Environment Minister Nick Smith today launched the clean up of New Zealand’s most contaminated site at Tui Mine with the Green Party and announced a new national environmental standard for better managing contaminated sites.
“Tui Mine poses real safety and environmental risks for the Te Aroha Community. The $15.2 million contribution from the Government, in tight financial times, is the largest ever for a clean up. It shows the Government’s commitment to improving management of the environment,” Dr Smith said.
“Geotechnical reports show that a modest earthquake or severe storm could put lives at risk and cause damage of up to $168 million from the tailings dam failing.
The clean up work involves stabilising the dam by pumping and mixing cement and lime to depths of five metres with a modified excavator to strengthen the 160,000 tonnes of soil and lock in the heavy metal contaminants.”
The work to clean up the site is also being funded by a contribution of $800,000 from Waikato Regional Council and $200,000 from the Matamata-Piako District Council.
“The clean up of Tui Mine is part of the memorandum of understanding between the Government and the Green Party. We share a common ambition to reduce the risks and harm from contaminated waste and this clean up is one of the positive outcomes,” Dr Smith said.
“I’m also pleased to announce a new national environmental standard to protect human health, while enabling development on contaminated land.
“Only 14 of 73 district plans have rules to manage problems of contaminated land. This isn’t good enough. The Government has approved this national environmental standard to provide greater certainty on which sites pose a health risk and need containment or clean up.”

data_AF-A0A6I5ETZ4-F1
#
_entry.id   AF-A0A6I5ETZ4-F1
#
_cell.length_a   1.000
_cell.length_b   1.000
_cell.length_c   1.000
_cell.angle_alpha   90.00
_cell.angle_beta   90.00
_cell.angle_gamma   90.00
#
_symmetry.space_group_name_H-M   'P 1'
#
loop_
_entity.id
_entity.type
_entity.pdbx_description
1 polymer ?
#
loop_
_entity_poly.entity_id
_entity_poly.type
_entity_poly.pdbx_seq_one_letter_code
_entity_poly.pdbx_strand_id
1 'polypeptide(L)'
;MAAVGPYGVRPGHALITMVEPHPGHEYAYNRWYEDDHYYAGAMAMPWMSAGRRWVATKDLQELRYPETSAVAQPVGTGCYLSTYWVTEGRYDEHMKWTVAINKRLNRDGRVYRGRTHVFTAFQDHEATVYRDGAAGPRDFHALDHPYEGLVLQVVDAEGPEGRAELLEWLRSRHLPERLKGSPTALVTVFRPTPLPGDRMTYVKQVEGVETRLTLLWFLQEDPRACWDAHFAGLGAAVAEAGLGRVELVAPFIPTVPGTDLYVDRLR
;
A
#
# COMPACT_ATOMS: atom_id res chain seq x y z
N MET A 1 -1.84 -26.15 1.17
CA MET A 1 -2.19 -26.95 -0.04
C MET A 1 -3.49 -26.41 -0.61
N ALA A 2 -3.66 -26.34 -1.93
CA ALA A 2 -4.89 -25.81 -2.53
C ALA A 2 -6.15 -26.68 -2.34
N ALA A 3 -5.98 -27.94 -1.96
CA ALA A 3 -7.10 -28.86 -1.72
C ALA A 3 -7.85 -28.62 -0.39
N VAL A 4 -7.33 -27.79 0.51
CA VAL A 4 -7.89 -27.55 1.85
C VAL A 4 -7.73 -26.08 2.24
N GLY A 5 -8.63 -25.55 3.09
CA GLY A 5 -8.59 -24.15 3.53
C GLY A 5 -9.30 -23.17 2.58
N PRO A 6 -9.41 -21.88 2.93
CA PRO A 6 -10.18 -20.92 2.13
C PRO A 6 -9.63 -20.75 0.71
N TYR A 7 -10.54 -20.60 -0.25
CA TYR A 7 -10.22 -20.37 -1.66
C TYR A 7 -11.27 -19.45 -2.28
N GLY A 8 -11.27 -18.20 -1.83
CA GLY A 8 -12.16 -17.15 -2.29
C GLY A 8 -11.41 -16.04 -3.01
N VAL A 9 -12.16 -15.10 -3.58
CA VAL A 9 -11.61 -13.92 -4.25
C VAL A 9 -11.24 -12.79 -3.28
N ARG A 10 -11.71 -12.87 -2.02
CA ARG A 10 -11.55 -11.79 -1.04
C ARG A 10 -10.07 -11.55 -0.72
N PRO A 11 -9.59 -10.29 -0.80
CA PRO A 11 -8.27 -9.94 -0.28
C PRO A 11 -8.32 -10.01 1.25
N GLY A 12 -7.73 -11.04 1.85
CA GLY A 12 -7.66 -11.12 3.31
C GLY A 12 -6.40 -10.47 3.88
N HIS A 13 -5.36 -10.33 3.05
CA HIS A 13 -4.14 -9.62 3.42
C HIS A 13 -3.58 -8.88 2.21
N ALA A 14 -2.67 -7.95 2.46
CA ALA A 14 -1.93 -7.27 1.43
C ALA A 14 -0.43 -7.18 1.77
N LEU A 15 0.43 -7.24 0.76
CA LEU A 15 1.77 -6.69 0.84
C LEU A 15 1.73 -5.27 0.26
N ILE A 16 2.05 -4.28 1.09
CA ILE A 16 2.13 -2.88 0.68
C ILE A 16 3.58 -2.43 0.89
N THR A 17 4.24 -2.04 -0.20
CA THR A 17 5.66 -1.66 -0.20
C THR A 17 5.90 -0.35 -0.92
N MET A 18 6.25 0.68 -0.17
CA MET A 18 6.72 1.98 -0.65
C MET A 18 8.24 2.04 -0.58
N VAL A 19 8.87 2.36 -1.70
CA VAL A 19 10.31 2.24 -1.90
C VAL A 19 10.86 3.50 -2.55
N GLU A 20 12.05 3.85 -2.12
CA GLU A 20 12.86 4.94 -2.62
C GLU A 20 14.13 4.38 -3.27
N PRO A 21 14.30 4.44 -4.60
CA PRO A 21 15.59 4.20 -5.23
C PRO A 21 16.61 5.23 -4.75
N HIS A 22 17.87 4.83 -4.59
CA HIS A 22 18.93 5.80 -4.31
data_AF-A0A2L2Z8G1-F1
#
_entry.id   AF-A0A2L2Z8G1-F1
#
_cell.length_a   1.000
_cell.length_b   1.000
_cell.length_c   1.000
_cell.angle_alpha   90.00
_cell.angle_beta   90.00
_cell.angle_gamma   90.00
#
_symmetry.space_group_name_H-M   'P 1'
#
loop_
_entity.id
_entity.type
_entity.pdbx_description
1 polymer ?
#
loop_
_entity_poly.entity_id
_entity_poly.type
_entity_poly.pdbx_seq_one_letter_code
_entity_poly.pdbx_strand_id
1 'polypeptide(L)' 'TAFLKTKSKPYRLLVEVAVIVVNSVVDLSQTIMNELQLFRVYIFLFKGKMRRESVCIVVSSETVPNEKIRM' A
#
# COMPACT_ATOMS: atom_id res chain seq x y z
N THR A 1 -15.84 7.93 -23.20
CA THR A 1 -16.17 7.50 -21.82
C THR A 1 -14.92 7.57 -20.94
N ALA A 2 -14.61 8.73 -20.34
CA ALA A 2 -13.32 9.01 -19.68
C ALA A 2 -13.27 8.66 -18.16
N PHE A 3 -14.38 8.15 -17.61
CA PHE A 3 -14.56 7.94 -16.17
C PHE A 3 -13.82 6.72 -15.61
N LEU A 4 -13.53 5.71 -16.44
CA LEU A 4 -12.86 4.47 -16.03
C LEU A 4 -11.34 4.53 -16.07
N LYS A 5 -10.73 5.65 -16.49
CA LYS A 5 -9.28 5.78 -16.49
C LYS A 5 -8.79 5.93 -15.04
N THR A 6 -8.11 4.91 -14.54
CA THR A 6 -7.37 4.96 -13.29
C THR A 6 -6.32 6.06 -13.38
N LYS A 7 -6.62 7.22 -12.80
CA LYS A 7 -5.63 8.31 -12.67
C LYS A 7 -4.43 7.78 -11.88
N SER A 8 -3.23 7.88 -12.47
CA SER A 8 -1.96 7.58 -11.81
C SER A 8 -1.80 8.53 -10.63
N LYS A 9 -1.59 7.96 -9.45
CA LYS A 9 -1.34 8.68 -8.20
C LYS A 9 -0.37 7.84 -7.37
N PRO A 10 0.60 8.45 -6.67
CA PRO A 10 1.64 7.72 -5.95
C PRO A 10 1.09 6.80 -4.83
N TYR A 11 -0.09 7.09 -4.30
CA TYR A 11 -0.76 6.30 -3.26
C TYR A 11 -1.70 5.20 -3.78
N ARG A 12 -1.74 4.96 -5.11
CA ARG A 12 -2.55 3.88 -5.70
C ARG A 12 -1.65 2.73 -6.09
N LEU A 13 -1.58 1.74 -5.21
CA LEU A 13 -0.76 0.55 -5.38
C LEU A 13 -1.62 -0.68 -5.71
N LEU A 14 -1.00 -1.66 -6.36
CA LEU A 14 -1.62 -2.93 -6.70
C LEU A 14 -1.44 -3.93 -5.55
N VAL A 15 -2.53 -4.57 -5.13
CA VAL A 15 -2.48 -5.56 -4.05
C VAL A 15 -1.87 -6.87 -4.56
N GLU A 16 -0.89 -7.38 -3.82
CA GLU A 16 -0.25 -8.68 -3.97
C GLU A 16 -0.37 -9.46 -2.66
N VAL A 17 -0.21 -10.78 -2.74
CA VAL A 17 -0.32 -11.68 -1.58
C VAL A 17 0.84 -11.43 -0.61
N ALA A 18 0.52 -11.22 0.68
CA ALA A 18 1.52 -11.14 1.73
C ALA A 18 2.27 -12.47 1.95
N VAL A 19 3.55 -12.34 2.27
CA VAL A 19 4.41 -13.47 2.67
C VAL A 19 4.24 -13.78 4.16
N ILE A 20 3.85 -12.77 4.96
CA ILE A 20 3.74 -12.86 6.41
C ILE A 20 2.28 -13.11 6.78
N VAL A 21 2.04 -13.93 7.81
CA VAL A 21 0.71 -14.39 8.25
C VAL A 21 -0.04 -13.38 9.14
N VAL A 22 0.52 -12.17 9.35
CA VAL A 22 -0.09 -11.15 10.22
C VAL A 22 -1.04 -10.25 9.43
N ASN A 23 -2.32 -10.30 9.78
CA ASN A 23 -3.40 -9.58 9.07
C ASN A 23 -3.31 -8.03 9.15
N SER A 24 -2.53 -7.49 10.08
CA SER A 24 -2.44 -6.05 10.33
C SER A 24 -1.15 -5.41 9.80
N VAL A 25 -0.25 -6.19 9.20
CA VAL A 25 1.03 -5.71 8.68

Contamination of land can come from many sources such as mining or past use of industrial or agricultural chemicals.
“If land is found to be contaminated, steps must be taken to cleanse the soil or contain the contamination, to make it safe for human use prior to development,” Dr Smith said.
The new national environmental standard applies to developments – including proposed subdivisions, changes of land use, and major earthworks – on land that has been used for certain hazardous activities or industries.
“This initiative is part of the Government's broader programme of providing stronger national direction on the Resource Management Act. It is far more efficient to have one nationwide standard for managing contaminated sites rather than requiring each district and city council to develop their own,” Dr Smith said.
The new National Environmental Standard for Assessing and Managing Contaminants in Soil to Protect Human Health will take effect from 1 January 2012.